Unexpected Costs When Buying Your First Home
First-time home buyers know about saving for the down payment. However, you will face other costs when you buy your first home. These costs can be significant. So, it’s crucial that you understand them and prepare for them before you sign any contracts.
Be prepared for the following costs associated with buying a home:
1. Earnest Money
Earnest money is offered when you submit an offer on a home. It shows the seller that you are a serious buyer. If the offer is accepted, the earnest money is applied to the down payment and closing costs. If the offer is not accepted, there are many contingencies in place to make sure the money is returned to you. However, you are working with contracts. Be sure to discuss the details with your real estate agent before putting down earnest money. There may be some situations in which you forfeit the earnest money. Earnest money is typically one to two percent of the total purchase price.
2. Inspections and Appraisals
Inspections and appraisals are absolutely necessary when buying a home. Home inspections can prevent unpleasant surprises like leaky pipes or a termite infestation. These issues are typically used for bargaining purposes before closing. You can negotiate to have the seller repair the defects or offer a discount on the sales price. As the buyer, you will most likely pay for the inspection. It’s a good idea for you to be present during the inspection.
Appraisals give you an accurate market valuation to ensure you are not paying too much. Buyers typically pay for the appraisal, although sometimes you can negotiate this with the seller.
3. Escrow Fees and Accounts
Escrow officers act as the independent third party to make sure closing processes go smoothly. The escrow fee is usually split between the buyer and seller. In addition, your lending institution may require a separate account for property taxes and insurance. The costs will be estimated and calculated into 12 monthly payments. That amount will be added to your monthly mortgage payment.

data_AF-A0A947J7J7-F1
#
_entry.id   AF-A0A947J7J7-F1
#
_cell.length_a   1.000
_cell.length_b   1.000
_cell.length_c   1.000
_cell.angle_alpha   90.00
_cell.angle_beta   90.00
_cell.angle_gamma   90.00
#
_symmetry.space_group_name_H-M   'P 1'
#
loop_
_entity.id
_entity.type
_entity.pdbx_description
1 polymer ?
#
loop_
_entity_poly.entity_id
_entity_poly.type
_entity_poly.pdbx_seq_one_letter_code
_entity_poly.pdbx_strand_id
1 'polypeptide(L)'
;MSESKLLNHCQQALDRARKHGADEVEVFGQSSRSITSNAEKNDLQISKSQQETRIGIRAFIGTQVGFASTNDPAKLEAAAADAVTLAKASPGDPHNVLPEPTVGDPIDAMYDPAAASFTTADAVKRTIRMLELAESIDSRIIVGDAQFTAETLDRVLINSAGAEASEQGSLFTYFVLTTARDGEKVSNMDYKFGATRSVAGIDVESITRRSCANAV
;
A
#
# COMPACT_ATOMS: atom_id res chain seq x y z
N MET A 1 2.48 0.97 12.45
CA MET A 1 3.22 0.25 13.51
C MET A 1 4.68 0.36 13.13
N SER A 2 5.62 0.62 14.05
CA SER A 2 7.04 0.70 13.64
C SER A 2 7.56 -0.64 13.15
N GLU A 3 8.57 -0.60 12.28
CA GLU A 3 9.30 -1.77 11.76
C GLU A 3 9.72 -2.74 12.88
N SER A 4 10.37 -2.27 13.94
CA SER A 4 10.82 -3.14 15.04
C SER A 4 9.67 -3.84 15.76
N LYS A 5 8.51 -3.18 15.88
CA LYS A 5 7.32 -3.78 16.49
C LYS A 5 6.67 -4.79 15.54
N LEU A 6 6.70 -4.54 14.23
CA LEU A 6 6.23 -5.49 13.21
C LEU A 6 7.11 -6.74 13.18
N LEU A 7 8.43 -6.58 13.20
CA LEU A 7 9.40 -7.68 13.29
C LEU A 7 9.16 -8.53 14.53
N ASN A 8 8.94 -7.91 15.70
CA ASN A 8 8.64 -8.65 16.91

At the end of the year, your lender will adjust the amount based on the actual tax and insurance bills. If you paid too much, you will receive a refund; if you didn’t pay enough, payments will generally be spread out over the next year. If you decide to go without the escrow account, you will be responsible for the two payments yourself.
Generally, insurance falls into one of three categories: homeowners’ insurance, mortgage insurance, and supplemental insurance. Homeowners’ insurance helps pay for repairs, covers personal belongings, and protects you against liability claims. Many mortgage lenders require homeowners’ insurance. However, if you put more than 20% down on your home, your mortgage lender may forgo that requirement.If you are required to purchase mortgage insurance, the costs will be added to your monthly mortgage payments, your closing costs, or both.
Supplemental insurance may be a good idea if you live in a flood- or earthquake-prone area, as those are generally not covered by standard homeowners’ insurance policies.
If you’ve been renting a home or apartment previously, you may have had to pay connection fees for electricity or gas. When you own your home, you will be responsible for paying setup fees and monthly bills for every utility — including electricity, gas, water, sewage, trash, recycling, TV, and the Internet. Utility companies will check your credit history and may require you to pay a deposit or get a letter of guarantee from someone who agrees to pay your bills if you cannot.
6. Home Improvements, Repairs, and Upgrades
Even if the home sellers cover major repairs, you may still find yourself with the expense of a new HVAC system, roof, or water heater after you close. Other expenses will be choices of course like upgrades to cabinets, flooring, or walls. Make a list of improvements and categorize them by need. A new HVAC system may be essential, while cabinetry and other upgrades can wait until. If you prioritize the repairs, you can keep costs low, not to mention recoup some of the investments if you sell the house later.
7. Appliances and Furniture
Many home sellers take their major appliances with them. Be sure that this is clear in the contracts. Be prepared to buy a new refrigerator, washer and dryer, and dishwasher. You may need to buy an oven and stove as well. Things like ceiling fans, light fixtures, and AC units — appliances you might consider “fixed” — will not necessarily be there for you when you move in unless they are explicitly part of the contract.
Now that you’re prepared for all the costs that go into your first home, get ready to sign that contract and move into your very own home!